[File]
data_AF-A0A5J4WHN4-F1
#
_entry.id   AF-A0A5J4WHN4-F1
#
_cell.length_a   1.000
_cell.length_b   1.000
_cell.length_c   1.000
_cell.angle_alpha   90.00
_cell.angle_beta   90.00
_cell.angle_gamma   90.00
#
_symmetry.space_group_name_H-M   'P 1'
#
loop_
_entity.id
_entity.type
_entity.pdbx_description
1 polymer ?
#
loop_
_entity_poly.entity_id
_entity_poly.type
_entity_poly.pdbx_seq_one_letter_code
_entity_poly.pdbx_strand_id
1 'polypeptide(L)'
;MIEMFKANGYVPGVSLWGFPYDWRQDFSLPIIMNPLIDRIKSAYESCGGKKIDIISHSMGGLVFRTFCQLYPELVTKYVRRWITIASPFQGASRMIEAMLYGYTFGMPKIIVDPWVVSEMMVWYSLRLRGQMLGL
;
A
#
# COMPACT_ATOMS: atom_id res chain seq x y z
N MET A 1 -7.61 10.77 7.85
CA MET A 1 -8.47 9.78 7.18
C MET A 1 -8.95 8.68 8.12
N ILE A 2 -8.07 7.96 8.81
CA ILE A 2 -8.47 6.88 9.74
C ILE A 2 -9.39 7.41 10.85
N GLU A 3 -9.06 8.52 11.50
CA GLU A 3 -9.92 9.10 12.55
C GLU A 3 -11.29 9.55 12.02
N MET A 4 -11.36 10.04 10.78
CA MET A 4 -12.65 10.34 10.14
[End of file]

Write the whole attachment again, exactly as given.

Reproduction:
data_AF-A0A5J4WHN4-F1
#
_entry.id   AF-A0A5J4WHN4-F1
#
_cell.length_a   1.000
_cell.length_b   1.000
_cell.length_c   1.000
_cell.angle_alpha   90.00
_cell.angle_beta   90.00
_cell.angle_gamma   90.00
#
_symmetry.space_group_name_H-M   'P 1'
#
loop_
_entity.id
_entity.type
_entity.pdbx_description
1 polymer ?
#
loop_
_entity_poly.entity_id
_entity_poly.type
_entity_poly.pdbx_seq_one_letter_code
_entity_poly.pdbx_strand_id
1 'polypeptide(L)'
;MIEMFKANGYVPGVSLWGFPYDWRQDFSLPIIMNPLIDRIKSAYESCGGKKIDIISHSMGGLVFRTFCQLYPELVTKYVRRWITIASPFQGASRMIEAMLYGYTFGMPKIIVDPWVVSEMMVWYSLRLRGQMLGL
;
A
#
# COMPACT_ATOMS: atom_id res chain seq x y z
N MET A 1 -7.61 10.77 7.85
CA MET A 1 -8.47 9.78 7.18
C MET A 1 -8.95 8.68 8.12
N ILE A 2 -8.07 7.96 8.81
CA ILE A 2 -8.47 6.88 9.74
C ILE A 2 -9.39 7.41 10.85
N GLU A 3 -9.06 8.52 11.50
CA GLU A 3 -9.92 9.10 12.55
C GLU A 3 -11.29 9.55 12.02
N MET A 4 -11.36 10.04 10.78
CA MET A 4 -12.65 10.34 10.14